The grotesque in contemporary British fiction reveals the extent to which the grotesque endures as a dominant artistic mode in British fiction and presents a new way of understanding six authors who have been at the forefront of British literature over the past four decades.
Starting with a sophisticated exploration of the historical development of the grotesque in literature, the book outlines the aesthetic trajectories of Angela Carter, Martin Amis, Ian McEwan, Iain Banks, Will Self and Toby Litt and offers detailed critical readings of key works of modern fiction including The Bloody Chamber (1979), Money (1984), The Child in Time (1987), The Wasp Factory (1984), Great Apes (1997) and Ghost Story (2004). The book shows how the grotesque continues to be a powerful force in contemporary writing and provides an illuminating picture of often controversial aspects of recent fiction.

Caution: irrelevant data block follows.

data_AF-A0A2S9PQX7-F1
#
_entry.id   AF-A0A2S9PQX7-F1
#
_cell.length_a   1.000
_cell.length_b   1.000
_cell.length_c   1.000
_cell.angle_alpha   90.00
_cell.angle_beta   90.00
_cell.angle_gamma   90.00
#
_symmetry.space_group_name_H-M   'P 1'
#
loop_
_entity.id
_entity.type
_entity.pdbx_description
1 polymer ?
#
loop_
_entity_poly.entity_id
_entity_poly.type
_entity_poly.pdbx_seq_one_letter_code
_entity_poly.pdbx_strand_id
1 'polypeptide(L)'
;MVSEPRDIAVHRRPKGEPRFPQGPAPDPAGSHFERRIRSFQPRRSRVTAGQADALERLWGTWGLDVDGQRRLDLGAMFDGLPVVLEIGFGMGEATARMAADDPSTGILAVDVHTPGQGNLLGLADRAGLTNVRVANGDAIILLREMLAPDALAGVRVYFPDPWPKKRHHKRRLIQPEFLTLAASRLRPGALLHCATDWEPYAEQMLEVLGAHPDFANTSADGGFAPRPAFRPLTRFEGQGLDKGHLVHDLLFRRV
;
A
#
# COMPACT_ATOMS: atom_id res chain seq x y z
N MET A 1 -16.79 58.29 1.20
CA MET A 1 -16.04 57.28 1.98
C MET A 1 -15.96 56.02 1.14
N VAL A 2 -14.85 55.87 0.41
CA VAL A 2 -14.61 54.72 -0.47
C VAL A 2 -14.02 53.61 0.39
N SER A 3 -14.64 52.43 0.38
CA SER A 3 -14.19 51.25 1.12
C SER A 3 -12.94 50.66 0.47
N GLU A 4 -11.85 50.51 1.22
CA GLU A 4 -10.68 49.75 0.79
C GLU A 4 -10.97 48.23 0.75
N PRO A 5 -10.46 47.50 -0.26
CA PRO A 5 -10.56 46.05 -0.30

|Publisher:||Manchester University Press|
|Product dimensions:||5.70(w) x 8.60(h) x 1.10(d)|
About the Author
Robert Duggan is Senior Lecturer in Modern and Contemporary Literature at the University of Central Lancashire
Table of Contents
1. The contemporary British grotesque
2. Angela Carter: The play's the thing
3. Martin Amis: The limits of comedy
4. Ian McEwan: Below the waves
5. Iain Banks: Improbable possibilities
6. Will Self: Under the influence
7. Toby Litt: Haunted by the grotesque